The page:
The horses often required a great deal of attention. In the Wankie area they were particularly prone to losing shoes. During a tour there by “A’ Squadron every horse had been reshod within 5 weeks.

During the war, the Greys Scouts obtained a fearsome reputation among their adversaries as they were capable of enormous speed through the bush. When combined with their superb tracking skills, this often gave them total surprise.

However, the concept was not without its problems. Principal among these was the cost of raising and maintaining the unit. Training men for this bizarre form of combat also created peculiar difficulties. In the field, the Greys’ patrols could often be ruined by one horse becoming lame.

For all of these problems, however, it is clear that the idea of using cavalry in the bush was a completely sound one. The Greys won the respect of their adversaries and did not share the fate of the Selous Scouts who were disbanded. The South Africans have also kept the concept alive, using mounted units on the border between Namibia and Angola. Indeed, even the British Army has now found a place for horses in its defensive arrangements on the Falklands.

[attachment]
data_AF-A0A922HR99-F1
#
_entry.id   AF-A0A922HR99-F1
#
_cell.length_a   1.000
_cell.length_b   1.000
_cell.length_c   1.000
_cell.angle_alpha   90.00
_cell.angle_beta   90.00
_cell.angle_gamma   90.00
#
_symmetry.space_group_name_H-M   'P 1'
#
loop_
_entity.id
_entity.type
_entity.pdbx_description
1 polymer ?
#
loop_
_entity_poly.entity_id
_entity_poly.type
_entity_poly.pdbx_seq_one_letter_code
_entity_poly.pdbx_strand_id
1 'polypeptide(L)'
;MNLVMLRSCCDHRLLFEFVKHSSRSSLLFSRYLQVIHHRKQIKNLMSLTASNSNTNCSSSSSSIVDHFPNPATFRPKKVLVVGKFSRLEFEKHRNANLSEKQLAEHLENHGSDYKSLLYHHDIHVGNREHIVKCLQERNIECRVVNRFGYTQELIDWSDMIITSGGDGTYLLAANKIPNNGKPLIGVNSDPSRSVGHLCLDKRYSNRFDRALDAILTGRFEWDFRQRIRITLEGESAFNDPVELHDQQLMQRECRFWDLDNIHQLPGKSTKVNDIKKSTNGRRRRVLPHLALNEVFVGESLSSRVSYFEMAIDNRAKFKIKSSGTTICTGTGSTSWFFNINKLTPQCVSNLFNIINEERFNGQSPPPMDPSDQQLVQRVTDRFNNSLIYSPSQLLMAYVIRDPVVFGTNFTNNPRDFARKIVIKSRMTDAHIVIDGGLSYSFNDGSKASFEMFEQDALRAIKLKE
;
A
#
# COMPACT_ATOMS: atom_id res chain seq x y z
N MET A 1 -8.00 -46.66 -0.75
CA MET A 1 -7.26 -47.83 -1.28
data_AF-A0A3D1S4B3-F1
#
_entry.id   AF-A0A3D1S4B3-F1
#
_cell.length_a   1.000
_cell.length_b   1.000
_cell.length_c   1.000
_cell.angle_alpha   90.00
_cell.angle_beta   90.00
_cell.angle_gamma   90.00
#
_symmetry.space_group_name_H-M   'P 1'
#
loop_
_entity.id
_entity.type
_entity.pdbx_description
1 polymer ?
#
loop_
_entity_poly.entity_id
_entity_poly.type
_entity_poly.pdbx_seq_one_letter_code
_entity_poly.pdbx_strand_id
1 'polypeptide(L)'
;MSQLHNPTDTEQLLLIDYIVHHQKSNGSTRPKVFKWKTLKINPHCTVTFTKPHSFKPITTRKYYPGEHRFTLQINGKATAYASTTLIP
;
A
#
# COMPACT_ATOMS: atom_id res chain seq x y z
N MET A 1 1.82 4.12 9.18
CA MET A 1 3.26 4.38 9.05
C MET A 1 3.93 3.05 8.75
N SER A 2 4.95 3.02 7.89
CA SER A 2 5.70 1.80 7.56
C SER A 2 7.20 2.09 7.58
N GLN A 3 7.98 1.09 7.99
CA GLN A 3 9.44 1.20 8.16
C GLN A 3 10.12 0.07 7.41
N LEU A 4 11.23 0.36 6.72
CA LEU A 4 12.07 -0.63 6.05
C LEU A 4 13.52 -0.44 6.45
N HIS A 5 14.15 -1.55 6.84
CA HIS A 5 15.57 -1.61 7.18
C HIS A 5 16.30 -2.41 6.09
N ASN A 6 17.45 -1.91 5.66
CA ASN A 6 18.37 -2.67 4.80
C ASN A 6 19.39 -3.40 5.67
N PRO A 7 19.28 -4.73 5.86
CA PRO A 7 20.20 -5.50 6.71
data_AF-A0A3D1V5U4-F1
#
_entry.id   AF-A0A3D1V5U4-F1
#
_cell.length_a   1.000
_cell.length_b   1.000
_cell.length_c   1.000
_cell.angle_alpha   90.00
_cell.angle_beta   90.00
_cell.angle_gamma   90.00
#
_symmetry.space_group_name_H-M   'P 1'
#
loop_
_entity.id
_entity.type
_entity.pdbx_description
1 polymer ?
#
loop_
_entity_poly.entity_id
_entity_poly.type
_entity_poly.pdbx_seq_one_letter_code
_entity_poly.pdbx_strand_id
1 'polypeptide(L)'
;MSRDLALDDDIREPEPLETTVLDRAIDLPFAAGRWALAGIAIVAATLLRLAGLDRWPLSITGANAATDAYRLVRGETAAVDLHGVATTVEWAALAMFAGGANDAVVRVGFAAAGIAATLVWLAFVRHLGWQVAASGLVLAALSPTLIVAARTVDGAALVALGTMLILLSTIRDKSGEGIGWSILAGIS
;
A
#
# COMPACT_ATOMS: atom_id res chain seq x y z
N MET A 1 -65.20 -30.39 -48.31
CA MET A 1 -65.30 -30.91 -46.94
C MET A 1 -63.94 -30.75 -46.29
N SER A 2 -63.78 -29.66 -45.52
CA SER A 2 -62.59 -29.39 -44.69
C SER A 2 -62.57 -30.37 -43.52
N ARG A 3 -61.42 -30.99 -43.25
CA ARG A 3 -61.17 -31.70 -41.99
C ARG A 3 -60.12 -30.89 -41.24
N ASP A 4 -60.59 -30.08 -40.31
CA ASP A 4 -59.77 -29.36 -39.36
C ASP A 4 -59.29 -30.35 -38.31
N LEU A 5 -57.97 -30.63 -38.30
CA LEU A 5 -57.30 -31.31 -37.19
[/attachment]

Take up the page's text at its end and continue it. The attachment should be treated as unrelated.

The spectacular results achieved by the Greys scouts show that even in the missile age there is still a place for the horse in warfare.

MARK L. URBAN served as an officer in the 4th Royal Tank Regiment and currently is an officer in the (British) Territorial Army. He is a student of International Relations at the London School of Economics, England.
Part 2 in which Cpl. Clive Midlane provides compelling evidence to suggest that the Air Rhodesia Viscounts were indeed shot down by surface-to-air missiles. The Grey Scouts cavalry unit played an important role in the Rhodesian Bush War and “Middy” was right in the thick of it with his trusty steed, serial number 747, nicknamed “Boeing”!
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1 Response

  1. WakeyWakey says:

    The Clive Midlane Grey Scout video (part 2) interview provides some exceptionally hair-raising information I haven’t read anywhere else, nor in British officer Mark Urban’s article here. Urban’s article failed to be aware of a serious enemy of the Grey Scouts in the bush, ‘more serious than ZANLA or ZIPRA’ according to Clive Midlane – lion predator prides at night coming after both men and horses. Hair-raising stuff! The lion stories start at the 1.08hr mark. One new Grey Scout, fresh out of soldiering in Britain and on his first Rhodesian bush stint, one night had his sleeping bag dragged off into the bush by a lion with him in it! He survived but at the end of that stint took the first plane out of Rhodesia and was never seen again!
    It’s becoming more and more clear how incredibly brave and daring were those Grey Scouts.